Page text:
What’s the biggest piece of advice you’d give to people trying to create edtech products?

Edtech products must serve teachers and students — not the other way around. Solve a real problem as easily as possible, don’t look for the “wow!”

What’s the legacy you’d like to leave in education?

I just want to do my bit to help the education innovation community growth.

What’s your favorite edtech company and/or innovative school, and why?

I’ve been thinking about this question for a while, but I’ve been unable to choose one single company or school, honestly. There are so many people doing good things!

Finish the sentence: In my dream world, education would ____

…be free and affordable to every child.

What are the books, events, videos, etc. that you think anyone interested in innovating in education and/or building community should check out?

Edupreneurs and innovators in education are organizing meetups that really worth it. Obviously, Startup Weekend Education is a must.

Anything else you’d like to share?

Many edtech startups come out of the American or European education system. However, the developing world has the greatest unmet need. With large school-age populations, innovation should focus on making education accessible to every child.


More about Education Entrepreneurs

Education Entrepreneurs is the largest initiative in the world focused on helping people use entrepreneurship to improve education. Its suite of offerings include Startup Weekend Education, Startup Digest Education, Workshops, online resources, and a global network of Community Leaders. Spanning six continents, Education Entrepreneurs has created an unprecedented opportunity for anyone, anywhere to shape the future of education.









A Do-It-Yourself Artificial Pancreas System? Open Source Innovation Spotlight

Amazing. That was my reaction, and expect yours will be too, learning about the efforts of Dana Lewis and Scott Leibrand, true independent health innovators, on their closed-loop DIY Artificial Pancreas System (DIYPS). They began work on it in 2013, initially setting out to create a better glucose monitor alarm system–for example, one loud enough to wake someone before blood sugar dropped to dangerous levels. From that foundation, they set out to tackle “state-of-the-art medical technology that was stuck in the last century.”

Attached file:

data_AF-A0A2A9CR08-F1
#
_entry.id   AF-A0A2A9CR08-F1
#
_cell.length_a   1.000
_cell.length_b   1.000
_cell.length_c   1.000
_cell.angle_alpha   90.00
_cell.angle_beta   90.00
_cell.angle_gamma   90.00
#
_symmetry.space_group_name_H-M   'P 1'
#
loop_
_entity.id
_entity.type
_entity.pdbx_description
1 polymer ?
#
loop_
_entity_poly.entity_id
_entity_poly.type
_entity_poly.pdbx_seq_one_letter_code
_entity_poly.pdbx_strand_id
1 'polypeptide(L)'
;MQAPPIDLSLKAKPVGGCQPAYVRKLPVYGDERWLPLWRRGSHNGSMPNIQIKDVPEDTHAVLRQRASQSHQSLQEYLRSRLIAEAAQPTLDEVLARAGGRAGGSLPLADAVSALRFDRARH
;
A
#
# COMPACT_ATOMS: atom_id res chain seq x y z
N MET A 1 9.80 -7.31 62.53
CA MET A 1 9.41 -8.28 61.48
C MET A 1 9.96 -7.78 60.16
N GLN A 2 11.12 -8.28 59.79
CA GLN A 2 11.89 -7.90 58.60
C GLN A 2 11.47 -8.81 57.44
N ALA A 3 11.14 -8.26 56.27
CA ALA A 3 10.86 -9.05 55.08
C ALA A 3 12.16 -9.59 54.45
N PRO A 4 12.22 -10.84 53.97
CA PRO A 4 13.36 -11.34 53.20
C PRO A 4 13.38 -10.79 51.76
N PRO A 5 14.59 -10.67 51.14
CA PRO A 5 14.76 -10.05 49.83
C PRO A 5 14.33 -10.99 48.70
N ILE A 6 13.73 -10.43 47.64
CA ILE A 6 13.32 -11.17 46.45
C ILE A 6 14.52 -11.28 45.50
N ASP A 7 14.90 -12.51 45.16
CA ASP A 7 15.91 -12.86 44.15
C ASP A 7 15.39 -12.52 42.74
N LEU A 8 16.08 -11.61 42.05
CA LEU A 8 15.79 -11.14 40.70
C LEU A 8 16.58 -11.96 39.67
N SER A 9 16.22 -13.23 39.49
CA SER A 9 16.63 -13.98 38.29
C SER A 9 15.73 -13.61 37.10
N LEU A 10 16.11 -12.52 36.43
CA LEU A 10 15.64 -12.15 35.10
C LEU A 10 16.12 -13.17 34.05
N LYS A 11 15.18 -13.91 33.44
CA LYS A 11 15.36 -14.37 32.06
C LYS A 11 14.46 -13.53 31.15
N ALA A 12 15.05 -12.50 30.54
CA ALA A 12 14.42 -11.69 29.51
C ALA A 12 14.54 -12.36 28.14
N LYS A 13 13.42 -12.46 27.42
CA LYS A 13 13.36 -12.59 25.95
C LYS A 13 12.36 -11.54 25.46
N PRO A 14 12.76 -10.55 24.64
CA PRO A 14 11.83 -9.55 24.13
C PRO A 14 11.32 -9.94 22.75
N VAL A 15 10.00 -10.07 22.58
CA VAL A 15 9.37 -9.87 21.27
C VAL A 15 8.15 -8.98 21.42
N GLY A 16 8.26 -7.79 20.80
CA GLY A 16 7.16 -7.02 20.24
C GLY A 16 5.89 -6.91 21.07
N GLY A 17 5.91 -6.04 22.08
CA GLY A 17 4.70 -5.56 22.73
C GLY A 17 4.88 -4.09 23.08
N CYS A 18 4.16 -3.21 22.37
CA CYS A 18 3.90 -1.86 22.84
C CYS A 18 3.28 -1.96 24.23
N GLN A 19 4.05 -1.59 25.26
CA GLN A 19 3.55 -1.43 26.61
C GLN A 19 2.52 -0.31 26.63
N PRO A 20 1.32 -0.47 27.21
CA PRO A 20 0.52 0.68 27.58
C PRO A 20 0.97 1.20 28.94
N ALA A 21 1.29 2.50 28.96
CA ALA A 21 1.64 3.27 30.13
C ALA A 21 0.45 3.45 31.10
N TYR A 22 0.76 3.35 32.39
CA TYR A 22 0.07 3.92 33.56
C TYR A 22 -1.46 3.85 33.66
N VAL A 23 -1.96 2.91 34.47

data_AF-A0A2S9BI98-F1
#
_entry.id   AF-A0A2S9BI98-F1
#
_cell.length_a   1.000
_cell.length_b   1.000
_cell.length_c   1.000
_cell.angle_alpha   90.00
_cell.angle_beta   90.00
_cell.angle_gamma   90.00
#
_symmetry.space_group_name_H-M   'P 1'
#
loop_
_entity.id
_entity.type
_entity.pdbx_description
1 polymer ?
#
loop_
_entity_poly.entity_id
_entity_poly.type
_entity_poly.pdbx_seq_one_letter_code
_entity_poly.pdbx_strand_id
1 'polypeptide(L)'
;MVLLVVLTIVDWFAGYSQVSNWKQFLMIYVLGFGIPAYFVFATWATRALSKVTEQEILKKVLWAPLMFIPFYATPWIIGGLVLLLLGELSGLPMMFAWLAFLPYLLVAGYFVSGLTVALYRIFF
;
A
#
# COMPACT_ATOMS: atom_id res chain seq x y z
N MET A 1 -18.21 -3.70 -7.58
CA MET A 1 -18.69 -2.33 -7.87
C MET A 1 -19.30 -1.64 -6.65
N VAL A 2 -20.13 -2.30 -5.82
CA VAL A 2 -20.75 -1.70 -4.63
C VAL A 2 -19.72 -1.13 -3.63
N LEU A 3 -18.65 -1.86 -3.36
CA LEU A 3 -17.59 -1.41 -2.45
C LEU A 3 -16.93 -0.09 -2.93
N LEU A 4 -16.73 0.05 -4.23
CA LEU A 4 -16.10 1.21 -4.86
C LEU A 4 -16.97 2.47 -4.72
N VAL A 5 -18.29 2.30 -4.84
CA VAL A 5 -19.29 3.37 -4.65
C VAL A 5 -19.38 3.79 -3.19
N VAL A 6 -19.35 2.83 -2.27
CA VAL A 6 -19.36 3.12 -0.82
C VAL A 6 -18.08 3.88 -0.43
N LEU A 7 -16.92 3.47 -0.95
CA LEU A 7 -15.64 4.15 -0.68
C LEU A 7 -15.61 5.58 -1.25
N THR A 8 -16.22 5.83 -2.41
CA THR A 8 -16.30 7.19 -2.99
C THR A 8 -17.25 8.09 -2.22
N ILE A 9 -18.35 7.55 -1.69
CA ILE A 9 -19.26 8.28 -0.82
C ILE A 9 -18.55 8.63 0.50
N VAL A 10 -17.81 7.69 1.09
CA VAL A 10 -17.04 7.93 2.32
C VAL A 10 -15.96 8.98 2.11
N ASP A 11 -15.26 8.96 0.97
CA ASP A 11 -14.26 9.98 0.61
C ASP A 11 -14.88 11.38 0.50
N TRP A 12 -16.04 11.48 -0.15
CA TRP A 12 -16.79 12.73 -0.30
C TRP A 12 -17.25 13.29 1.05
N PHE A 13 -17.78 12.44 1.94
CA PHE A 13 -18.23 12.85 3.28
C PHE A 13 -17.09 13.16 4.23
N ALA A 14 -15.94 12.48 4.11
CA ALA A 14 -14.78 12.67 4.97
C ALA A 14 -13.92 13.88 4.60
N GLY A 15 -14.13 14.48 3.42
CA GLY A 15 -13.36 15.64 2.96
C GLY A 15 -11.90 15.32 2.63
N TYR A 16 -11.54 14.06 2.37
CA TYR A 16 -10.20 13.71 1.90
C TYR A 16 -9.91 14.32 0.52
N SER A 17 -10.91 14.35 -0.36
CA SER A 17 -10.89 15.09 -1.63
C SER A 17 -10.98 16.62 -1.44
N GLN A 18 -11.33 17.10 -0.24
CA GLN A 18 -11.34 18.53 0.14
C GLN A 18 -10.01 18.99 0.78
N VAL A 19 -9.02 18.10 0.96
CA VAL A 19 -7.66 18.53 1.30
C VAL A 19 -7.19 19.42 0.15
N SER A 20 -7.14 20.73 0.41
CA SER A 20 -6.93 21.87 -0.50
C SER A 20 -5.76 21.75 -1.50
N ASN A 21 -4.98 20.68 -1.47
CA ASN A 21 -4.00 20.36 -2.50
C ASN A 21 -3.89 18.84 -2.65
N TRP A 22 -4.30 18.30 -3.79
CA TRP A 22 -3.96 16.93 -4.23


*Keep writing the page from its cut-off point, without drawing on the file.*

After a full year of trial data (patient sample size: n=1… Dana herself) and lab-tests, they observed reduced eAG  and A1Cs (tests which show blood glucose levels over the prior 3 months).

what a closed loop #DIYPS artificial pancreas looks like
What a closed loop DIYPS artificial pancreas looks like

The DIYPS includes an insulin pump, and a cloud-connected continuous glucose monitor (with a receiver that auto-uploads).
From the DIYPS.org Blog:

#DIYPS was developed with the goal of solving a well-known problem with an existing FDA-approved medical device. As recounted here (from Scott) and here (from Dana), we set out to figure out a way to augment continuous glucose monitor (CGM) alerts, which aren’t loud enough to wake heavy sleepers, and to alert a loved one if the patient is not responding. We were able to solve those problems and include additional features such as:

  • Real-time processing of blood glucose (BG), insulin on board, and carbohydrate decay
  • Customizable alerts based on CGM data and trends
  • Real-time predictive alerts for future high or low BG states (hours in advance)
  • Continually updated recommendations for required insulin or carbs

…and as of December 2014, we ‘closed the loop’ and have #DIYPS running as a closed loop artificial pancreas.
Dana Lewis DIYPS one year findings data sustainability.

The pair are looking for funding “to develop #DIYPS into a scalable system” to help make managing diabetes easier. FDA approval notwithstanding, it’s hard to imagine how an open-source biomedical technology could meet with anything but excitement by those in need of a solution.